Mouthfeel refers to the texture of the beer in your mouth. Anything that isn’t expressly taste (sweet, salty, bitter, sour, metallic, fatty) or aroma might fall into mouthfeel. Beer weight, carbonation, alcohol sensations (besides flavor), and dryness (or lack of) are some things I watch out for when judging for mouthfeel. 

Modelo Especial has a medium-low body with high carbonation. The crisp finish is short and dry but also kind of sticky. I have noticed this sensation before, ironically with Bud Light. Honestly, I’m unsure what to attribute it to; however, it could be the addition of corn. 

BJCP says, “Low to medium-low body. Very highly carbonated with a slight carbonic bite on the tongue.”

Calories and Nutritional Information

Modelo is a full-strength beer that lists 143 calories per serving. This is right around the average for a 4.4 percent beer. Additionally, the beer has 13.6 carbs and 1.1 grams of protein. 

Alcohol Content

At 4.4 percent, Modelo beer is on the low end of regular strength beer’s average, which I’d put at around 5 percent alcohol content by volume. The lower alcohol may help the beer’s crisp, refreshing taste and overall balance. Still, the difference between four and five percent alcohol is no license to overindulge. No, your limits, and never get behind the wheel if you’ve had too much. 

Brewing Process & Ingredients

Modelo Especial is brewed with water, barley malt, non malted cereals (corn), hops, and yeast. 

Like most beers, the brewing process starts with the mash, where malted barley and other grains are combined with hot water. This combination activates enzymes in the malt that unlock the sugars within the grains.

Once the mash is complete, the resulting liquid, known as wort, is boiled. Brewers will add hops at this stage before transferring the wort through a heat exchange to fermenters. Once fermentation is complete, the beer can be filtered, packaged, and served. 

What’s the Best Way to Drink Modelo Especial

Best Temperature to Drink this Mexican Beer

As cold as possible. 

Can, bottle or glass?

Like its Mexican lager cousin, Corona, Modelo Especial has a distinctive clear bottle but topped with gold foil. The beer will taste the same no matter the packaging, but hey – if you feel a bit fancier with a gold-foiled bottle, knock yourself out!

Food Pairings for Modelo Especial

Pair this easy-drinking beer with spicy dishes. The malt helps to cool capsaicin, and the hops will play well with herbal garnishes.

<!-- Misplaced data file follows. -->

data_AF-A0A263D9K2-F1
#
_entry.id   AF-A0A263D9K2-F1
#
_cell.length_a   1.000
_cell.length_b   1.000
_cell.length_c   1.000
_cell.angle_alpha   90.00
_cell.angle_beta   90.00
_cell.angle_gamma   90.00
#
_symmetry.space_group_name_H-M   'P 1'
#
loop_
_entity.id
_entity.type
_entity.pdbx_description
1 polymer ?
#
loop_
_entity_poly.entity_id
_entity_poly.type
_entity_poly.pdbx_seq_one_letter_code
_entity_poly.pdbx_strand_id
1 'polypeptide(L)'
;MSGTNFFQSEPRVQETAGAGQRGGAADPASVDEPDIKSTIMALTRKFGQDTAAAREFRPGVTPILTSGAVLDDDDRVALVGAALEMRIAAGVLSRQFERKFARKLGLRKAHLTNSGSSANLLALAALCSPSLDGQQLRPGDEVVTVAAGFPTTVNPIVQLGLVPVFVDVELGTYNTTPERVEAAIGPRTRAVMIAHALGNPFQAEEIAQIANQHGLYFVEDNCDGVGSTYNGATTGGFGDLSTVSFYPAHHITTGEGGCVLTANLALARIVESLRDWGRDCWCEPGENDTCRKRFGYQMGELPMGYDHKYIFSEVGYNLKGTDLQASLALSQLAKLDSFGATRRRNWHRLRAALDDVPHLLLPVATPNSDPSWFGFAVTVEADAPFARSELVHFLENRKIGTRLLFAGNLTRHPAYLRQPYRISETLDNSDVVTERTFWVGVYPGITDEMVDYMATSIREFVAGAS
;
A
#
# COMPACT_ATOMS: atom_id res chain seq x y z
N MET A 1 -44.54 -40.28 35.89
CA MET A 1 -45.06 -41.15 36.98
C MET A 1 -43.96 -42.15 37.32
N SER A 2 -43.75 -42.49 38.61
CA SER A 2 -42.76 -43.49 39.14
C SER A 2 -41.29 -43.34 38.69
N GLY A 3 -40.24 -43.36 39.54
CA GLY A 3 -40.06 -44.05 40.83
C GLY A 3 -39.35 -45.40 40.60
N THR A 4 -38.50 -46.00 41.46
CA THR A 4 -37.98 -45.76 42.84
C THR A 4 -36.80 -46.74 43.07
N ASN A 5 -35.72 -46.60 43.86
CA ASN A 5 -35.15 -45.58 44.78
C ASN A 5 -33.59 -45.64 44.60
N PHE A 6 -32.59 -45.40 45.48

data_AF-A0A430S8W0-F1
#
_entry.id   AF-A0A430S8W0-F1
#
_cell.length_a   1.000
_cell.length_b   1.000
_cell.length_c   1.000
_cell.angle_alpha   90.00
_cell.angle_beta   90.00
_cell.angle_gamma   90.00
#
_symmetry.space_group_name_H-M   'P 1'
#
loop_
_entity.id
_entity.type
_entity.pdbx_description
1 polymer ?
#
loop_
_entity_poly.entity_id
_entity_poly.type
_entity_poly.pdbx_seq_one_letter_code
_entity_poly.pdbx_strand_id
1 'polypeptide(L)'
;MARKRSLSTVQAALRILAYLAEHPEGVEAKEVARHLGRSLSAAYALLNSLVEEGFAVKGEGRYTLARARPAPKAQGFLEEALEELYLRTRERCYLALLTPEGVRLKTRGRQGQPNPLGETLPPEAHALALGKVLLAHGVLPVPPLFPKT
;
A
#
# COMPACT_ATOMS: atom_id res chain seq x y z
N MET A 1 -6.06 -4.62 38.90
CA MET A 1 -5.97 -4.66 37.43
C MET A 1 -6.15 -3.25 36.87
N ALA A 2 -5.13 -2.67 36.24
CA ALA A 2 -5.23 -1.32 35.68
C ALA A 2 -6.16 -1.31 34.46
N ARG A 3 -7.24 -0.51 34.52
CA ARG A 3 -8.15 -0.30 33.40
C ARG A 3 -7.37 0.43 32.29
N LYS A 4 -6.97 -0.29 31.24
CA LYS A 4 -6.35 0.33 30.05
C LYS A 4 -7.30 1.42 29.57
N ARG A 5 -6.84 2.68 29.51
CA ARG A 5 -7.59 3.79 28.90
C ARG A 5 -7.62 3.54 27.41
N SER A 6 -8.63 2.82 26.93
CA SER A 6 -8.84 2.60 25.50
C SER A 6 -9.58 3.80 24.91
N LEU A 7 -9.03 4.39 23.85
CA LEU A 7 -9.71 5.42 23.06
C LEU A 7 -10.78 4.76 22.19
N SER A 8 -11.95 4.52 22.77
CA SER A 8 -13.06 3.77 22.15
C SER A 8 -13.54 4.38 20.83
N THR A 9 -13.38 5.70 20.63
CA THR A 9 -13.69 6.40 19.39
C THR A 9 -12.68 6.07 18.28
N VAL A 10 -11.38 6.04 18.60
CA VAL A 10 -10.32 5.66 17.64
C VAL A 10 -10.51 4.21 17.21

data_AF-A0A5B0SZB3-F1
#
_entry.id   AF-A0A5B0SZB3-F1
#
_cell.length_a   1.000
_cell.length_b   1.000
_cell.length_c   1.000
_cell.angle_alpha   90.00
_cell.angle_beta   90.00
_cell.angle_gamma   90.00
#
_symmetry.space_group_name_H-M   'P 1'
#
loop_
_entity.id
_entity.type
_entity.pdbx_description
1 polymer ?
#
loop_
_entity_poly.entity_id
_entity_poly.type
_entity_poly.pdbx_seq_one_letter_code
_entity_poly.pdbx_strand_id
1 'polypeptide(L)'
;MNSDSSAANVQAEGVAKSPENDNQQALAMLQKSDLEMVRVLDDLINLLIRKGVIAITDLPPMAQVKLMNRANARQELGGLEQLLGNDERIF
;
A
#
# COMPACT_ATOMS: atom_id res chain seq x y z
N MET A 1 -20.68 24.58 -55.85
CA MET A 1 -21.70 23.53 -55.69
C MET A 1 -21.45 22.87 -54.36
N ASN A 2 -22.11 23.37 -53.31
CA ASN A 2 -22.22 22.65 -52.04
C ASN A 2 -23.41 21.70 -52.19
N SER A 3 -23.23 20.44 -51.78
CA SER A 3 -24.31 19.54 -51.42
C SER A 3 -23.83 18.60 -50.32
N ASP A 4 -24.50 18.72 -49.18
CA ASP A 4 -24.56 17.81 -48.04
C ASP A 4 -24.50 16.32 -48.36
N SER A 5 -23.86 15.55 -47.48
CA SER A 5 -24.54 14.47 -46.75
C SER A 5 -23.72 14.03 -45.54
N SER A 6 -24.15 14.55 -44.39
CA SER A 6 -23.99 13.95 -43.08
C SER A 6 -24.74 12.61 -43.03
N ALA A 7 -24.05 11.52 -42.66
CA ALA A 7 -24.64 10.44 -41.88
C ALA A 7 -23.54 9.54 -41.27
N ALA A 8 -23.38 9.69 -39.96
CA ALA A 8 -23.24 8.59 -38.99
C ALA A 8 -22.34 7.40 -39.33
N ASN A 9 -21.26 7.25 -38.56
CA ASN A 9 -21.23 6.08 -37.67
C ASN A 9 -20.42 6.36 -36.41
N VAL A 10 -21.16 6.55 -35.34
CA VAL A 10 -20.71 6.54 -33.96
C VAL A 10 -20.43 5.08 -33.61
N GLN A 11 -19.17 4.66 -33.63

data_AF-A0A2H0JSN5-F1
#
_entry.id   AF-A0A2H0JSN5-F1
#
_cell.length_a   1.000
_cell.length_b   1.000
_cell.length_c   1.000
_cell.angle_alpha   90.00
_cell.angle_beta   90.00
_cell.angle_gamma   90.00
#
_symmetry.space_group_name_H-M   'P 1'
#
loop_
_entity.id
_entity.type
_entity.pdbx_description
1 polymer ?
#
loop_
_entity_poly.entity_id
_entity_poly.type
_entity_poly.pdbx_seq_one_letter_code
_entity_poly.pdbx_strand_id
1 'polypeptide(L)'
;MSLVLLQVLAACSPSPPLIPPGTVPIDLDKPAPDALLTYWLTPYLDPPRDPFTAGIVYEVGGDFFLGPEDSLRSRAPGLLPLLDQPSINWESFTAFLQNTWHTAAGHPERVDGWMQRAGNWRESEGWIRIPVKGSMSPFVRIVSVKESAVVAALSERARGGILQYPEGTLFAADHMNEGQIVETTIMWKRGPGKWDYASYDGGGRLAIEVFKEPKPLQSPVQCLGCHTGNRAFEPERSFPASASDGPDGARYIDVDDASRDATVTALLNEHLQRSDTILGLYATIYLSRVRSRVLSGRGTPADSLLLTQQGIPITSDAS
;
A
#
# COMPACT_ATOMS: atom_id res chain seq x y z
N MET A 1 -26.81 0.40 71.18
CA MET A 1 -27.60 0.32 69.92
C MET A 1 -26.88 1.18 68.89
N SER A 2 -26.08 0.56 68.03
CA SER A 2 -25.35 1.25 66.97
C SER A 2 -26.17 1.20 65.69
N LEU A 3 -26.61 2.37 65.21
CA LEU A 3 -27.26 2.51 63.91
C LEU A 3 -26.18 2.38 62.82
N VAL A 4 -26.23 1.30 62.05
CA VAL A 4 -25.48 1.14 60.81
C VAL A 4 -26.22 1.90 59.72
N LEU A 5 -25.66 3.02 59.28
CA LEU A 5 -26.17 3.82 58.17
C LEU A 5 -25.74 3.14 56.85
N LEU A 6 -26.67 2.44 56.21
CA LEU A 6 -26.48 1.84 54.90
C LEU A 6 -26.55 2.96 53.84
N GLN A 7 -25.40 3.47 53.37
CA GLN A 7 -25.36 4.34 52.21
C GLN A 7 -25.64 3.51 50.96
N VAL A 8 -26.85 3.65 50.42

Who Would This Mexican Lager Suit?

If Corona is about beach vibes, Modelo Especial is for fight night. The brand is the official sponsor of the UFC (Ultimate Fighting Championship) and has hit pay dirt with its evocative ad campaign called Brewed for the Fighting Spirit. The brand has been keen to leverage its support for cage fighting, professional wrestling, and boxing as part of its brand identity and as an extension of Mexican Culture as a whole. 

The campaign has highlighted fighters, literally and figuratively, to inspire thirsty Americans not to let obstacles keep them from achieving their dreams. The ads leverage sports luminaries like Amanda Nunes, Damian Lillard, Tom Flores, and everyday fighters like the bartender or your abuela. 

The commercials have been a hit in the American market and speak to anyone who has faced adversity and is inspired to overcome whatever life throws at them. The message makes Modelo an especially effective brand because most people will identify with this struggle, often consider themselves as underdogs, and love to root them on.

Similar Beers to Modelo Especial?

Like Modelo Especial? Give these American Lagers a try:

  • Budweiser
  • Coors Original
  • Grain Belt Premium Lager
  • Miller High Life
  • Pabst Blue Ribbon (see our PBR review here)

What Do Other People Think Modelo Especial?

Despite its popular success, most beer enthusiasts think this beer is mid. 

ReviewerModelo Especial 
Untappd3.12 out of 5
Rate Beer2.05 out of 5
Influenster4.51 out of 5
Beer Advocate67 (poor)

Final Thoughts: Is Modelo Especial a Good Beer?

Modelo Especial is a popular imported beer that is balanced and refreshing. An ice cold Modelo has taken over the top spot as – not just the best-selling imported beer – but the best-selling beer in the US. 

But does mass appeal mean it’s good?

Modelo is a decent beer. It’s crisp and refreshing with light malt. It is pretty light compared to German style pilsners, the style they promote. It’s an excellent example of an adjunct American beer akin to a Bud or Miller High Life. If you need a cold one, Modelo Especial will do just fine. And in today’s competitive beer landscape, that spells (and tastes like) success.

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Andy Sparhawk is an avid beer lover and the former editor-in-chief for CraftBeer.com. Andy is the lead writer for The Beer Babe and lives in Westminster, Colorado, with his family. As beer enthusiast and experienced beer judge, he loves sharing his experiences with The Beer Babe's dedicated audience of beer enthusiasts.